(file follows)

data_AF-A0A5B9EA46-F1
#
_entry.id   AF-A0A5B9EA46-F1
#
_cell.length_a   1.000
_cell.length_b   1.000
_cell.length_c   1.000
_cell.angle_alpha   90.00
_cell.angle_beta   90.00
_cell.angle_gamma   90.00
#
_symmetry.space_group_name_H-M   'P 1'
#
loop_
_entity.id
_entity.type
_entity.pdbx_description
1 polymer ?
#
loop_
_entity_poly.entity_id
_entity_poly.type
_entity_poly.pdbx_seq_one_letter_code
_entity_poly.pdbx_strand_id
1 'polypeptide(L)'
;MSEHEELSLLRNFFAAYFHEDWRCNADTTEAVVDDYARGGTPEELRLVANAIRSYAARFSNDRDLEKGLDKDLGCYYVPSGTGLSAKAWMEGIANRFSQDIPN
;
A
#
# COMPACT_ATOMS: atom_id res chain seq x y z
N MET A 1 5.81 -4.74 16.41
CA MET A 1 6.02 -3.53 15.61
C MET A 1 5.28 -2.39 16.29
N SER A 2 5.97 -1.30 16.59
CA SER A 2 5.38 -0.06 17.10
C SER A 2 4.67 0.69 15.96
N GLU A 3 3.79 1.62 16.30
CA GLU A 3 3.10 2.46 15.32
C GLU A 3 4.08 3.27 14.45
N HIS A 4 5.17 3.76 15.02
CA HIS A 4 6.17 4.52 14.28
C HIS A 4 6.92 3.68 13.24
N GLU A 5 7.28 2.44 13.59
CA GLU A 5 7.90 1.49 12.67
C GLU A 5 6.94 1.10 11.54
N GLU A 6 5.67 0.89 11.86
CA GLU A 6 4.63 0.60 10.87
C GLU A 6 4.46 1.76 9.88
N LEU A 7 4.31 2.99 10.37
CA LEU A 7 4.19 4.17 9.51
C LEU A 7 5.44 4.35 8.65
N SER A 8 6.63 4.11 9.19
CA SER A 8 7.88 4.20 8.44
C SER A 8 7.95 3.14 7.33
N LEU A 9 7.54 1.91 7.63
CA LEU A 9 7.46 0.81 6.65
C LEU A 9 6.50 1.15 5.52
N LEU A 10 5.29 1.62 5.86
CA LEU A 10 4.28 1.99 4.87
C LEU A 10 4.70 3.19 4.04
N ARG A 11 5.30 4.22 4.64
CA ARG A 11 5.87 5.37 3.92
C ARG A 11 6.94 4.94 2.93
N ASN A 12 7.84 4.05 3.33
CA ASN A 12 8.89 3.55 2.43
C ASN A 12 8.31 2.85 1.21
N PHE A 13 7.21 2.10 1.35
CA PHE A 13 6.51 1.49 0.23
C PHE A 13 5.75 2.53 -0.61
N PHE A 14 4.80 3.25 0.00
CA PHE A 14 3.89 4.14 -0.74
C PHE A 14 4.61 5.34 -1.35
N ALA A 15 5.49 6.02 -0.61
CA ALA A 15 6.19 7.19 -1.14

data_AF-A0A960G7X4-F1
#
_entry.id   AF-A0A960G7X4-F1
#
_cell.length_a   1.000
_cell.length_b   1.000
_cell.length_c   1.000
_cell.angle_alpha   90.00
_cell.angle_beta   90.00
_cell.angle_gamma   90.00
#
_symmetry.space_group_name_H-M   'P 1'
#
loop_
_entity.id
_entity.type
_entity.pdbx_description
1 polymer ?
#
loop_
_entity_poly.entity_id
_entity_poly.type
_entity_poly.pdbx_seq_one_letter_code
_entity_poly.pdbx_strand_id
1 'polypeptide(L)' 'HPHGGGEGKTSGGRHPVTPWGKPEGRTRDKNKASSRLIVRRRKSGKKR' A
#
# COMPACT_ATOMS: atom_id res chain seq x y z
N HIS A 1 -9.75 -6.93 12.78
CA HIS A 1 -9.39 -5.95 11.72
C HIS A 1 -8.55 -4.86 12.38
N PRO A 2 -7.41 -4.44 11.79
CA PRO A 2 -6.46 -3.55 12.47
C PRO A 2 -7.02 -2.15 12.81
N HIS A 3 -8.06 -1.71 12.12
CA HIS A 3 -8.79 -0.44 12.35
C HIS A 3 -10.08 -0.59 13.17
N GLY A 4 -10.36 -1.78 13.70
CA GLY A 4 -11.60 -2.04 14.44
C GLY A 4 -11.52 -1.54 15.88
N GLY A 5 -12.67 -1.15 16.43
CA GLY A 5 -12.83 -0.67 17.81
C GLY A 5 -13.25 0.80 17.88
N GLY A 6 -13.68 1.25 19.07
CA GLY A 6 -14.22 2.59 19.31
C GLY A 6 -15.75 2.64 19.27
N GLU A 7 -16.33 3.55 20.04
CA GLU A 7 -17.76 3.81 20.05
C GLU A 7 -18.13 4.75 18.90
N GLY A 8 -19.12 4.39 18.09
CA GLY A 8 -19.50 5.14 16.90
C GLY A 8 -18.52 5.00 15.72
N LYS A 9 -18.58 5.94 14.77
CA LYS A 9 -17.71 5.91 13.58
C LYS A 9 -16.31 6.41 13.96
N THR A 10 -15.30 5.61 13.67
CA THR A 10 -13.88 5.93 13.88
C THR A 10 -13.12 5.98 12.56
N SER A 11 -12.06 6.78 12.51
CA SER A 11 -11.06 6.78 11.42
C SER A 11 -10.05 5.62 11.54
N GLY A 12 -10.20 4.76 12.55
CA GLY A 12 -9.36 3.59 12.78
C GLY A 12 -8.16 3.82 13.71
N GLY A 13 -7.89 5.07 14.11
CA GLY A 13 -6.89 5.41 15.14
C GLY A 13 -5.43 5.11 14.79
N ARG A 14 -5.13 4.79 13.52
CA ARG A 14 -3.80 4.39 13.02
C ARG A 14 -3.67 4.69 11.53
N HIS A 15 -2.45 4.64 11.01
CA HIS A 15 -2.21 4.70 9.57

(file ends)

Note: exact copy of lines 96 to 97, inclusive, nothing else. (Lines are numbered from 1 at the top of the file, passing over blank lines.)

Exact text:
_entity_poly.type
_entity_poly.pdbx_seq_one_letter_code